Corner of U.S. Highway 2 & State Highway 13
The Asaph Whittlesey Mural located at the corner of U.S. Highway 2 and State Highway 13 was completed in the summer of 1998. This was Ashland’s first mural, started with an idea by Mary Rehwald, Director of Lifelong Learning at Northland College. Rehwald and a group of community people got together and applied for a grant to the Wisconsin Sesquicentennial Commission. Their efforts were rewarded with a grant for $8060.00. Additional funds were received from the Ashland Foundation, the Chequamegon Area Arts, the Rotary Club and an anonymous donor.
The group sent out a call for artists. Sue Martinsen. Joan Haukaas from the Ashland Historical Society, Ruth Lull from Northland College, Sue MacKenzie-Smith from Designer’s Outlet, and Jane Smith were on the Design Committee. Two artists applied for painting the mural, and Kelly Meredith got the job. The grant required community volunteers and Sue Martinsen was one of the volunteers. At the end of this first project they were the only two artists left, and they have been painting city murals together ever since.
Kelly designed the first mural, following the committee’s request that it was to represent Ashland’s early founders. This mural depicts the Ashland National Bank as it appeared in 1892. The bank was located on the south or Main Street end of the building where the mural is painted.
There are seven figures in the mural that wraps around from the north wall of the building to the east wall. On the north wall, from left to right, are Asaph Whittlesey, founder of Ashland in 1854; Samuel Stuart Vaughn, who opened the first store and sawmill in Bayfield and worked to bring the railroad to northern Wisconsin; Edwin Ellis, who ran a drug store in Ashland and worked as a doctor here until 1872; and Sam Fifield, who with his brother founded the Weekly Press, managed the old Chequamegon Hotel, and ran a resort on Sand Island. Fifield also founded the Ashland National Bank and served as the Chairman of the Town Board, Representative to the State Assembly, State Senator, Lieutenant Governor of Wisconsin, and Postmaster of Ashland.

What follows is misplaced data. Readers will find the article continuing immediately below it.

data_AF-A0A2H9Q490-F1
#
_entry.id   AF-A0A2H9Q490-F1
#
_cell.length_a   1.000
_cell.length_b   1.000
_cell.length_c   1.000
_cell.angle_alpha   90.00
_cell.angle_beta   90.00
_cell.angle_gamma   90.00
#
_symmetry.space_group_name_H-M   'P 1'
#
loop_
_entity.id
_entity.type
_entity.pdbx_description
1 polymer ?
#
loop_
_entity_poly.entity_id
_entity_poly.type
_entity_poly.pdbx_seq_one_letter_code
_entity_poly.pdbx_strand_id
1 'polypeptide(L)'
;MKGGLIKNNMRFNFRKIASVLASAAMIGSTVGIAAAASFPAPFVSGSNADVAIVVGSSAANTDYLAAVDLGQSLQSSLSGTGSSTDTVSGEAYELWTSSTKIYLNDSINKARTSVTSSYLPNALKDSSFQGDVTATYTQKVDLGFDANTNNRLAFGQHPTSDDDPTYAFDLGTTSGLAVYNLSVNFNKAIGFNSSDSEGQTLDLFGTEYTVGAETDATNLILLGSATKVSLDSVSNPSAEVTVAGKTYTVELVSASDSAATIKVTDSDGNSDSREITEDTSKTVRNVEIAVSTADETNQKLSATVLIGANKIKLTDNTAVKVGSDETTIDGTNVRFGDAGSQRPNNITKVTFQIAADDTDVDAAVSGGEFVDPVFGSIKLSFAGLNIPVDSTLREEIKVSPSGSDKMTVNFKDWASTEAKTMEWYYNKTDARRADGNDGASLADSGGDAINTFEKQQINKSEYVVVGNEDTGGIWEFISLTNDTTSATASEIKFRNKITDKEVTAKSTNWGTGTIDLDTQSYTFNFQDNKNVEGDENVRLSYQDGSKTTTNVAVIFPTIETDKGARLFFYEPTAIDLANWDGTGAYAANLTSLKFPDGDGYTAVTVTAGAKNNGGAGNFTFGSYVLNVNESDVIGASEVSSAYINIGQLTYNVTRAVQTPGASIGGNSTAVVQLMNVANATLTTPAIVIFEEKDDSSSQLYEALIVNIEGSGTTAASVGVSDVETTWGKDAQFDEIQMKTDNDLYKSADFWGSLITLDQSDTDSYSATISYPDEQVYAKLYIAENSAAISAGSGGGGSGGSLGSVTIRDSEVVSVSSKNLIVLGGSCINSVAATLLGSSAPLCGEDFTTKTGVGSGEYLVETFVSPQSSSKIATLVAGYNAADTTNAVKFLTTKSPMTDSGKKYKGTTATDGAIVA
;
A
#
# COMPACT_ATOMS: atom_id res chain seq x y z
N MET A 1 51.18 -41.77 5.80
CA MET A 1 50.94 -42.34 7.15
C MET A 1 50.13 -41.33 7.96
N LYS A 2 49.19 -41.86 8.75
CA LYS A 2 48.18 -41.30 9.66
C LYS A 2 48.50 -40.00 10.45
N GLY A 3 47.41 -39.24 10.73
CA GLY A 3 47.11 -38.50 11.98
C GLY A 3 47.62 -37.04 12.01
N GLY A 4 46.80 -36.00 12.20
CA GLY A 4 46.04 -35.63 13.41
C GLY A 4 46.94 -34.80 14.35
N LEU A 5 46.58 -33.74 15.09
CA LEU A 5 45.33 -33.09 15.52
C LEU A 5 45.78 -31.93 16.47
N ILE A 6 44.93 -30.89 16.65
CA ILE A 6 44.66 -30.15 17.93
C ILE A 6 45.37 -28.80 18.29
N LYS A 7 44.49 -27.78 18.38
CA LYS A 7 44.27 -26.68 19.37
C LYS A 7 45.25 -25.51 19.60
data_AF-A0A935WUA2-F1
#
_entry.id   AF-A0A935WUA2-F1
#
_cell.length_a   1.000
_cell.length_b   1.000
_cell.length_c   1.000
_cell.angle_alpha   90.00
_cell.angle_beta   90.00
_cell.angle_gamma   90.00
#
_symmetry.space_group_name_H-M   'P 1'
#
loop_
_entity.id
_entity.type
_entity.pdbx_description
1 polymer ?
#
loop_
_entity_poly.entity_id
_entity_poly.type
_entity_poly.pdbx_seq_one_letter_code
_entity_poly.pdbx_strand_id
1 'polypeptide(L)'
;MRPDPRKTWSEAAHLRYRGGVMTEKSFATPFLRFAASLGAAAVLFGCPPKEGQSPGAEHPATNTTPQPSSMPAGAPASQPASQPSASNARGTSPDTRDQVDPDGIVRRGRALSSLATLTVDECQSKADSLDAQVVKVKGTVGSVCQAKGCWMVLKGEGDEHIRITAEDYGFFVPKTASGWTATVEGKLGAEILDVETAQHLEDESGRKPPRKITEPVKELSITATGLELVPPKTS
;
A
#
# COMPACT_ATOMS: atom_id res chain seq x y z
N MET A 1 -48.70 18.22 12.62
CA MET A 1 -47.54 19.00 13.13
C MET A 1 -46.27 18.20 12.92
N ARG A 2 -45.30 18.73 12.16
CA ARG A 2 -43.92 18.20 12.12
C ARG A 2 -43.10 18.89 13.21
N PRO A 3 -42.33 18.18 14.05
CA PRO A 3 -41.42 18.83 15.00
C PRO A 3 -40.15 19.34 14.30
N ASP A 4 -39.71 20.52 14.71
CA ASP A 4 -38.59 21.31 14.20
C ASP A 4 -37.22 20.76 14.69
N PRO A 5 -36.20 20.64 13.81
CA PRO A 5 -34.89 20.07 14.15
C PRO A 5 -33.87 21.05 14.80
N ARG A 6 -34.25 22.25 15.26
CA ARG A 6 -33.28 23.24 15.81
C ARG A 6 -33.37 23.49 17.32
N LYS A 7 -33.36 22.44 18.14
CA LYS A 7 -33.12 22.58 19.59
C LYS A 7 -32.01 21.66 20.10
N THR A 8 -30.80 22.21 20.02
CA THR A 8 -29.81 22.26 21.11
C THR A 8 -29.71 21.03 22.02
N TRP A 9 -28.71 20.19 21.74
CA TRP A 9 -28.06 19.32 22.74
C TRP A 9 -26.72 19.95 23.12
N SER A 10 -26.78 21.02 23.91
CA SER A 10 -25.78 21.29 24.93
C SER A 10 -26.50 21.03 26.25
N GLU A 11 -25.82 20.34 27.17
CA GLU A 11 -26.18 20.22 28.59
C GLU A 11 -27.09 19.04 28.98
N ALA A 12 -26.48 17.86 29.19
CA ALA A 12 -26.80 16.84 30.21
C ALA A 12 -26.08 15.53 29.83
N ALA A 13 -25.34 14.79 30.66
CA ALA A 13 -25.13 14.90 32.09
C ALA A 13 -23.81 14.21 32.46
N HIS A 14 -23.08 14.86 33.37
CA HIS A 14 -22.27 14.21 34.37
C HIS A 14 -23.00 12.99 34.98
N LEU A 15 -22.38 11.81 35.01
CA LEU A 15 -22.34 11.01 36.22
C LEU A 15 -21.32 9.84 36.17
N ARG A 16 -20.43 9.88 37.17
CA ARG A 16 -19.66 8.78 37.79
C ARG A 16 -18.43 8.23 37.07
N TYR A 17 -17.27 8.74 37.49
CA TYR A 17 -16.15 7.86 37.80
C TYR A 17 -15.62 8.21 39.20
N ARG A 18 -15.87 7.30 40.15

On the east wall, from left to right, you will find Dr. J.M. Dodd, who opened Dodd’s hospital, served as mayor, and was the president of the Northland College Board of Trustees. Then there is Emeline Patrick Vaughn, who built the Vaughn Library in her husband’s memory, and Chief Buffalo, Gitchi Bizhikee, known for the trip he made to Washington, D.C., at the age of 93 to petition President Millard Fillmore not to remove the Ojibwe from their land in Wisconsin. You will find more information about these Ashland pioneers in the Mural Walk Brochure.
While the first mural was being painted, there was construction on Hwy. 13 and the artists heard a lot of horns. At first, the artists thought the noise came from the work going on near them. But after awhile, they were gratified to see that the honks came from people giving the thumbs-up to them. Often people would even stop and take photos.
After completion of this mural, Gary Ellefson from Northern State Bank approached Meredith and Martinsen and asked them if they would do another one. This was the beginning of the idea that there should be a mural walk in Ashland. Having murals for people to look at would get people out of their cars when they drove into town.
So, the artists approached Ashland Mayor Lowell Miller and city administrator Tony Murphy with the idea of a mural walk and asked if they would support the idea not only philosophically, but also financially. The two men thought it was a great idea and suggested that Meredith and Martinsen form a tax-exempt organization to accept donations. The city committed up to $10,000 of city money if the community came up with matching funds. Thus, the idea of the Ashland Mural Walk got under way.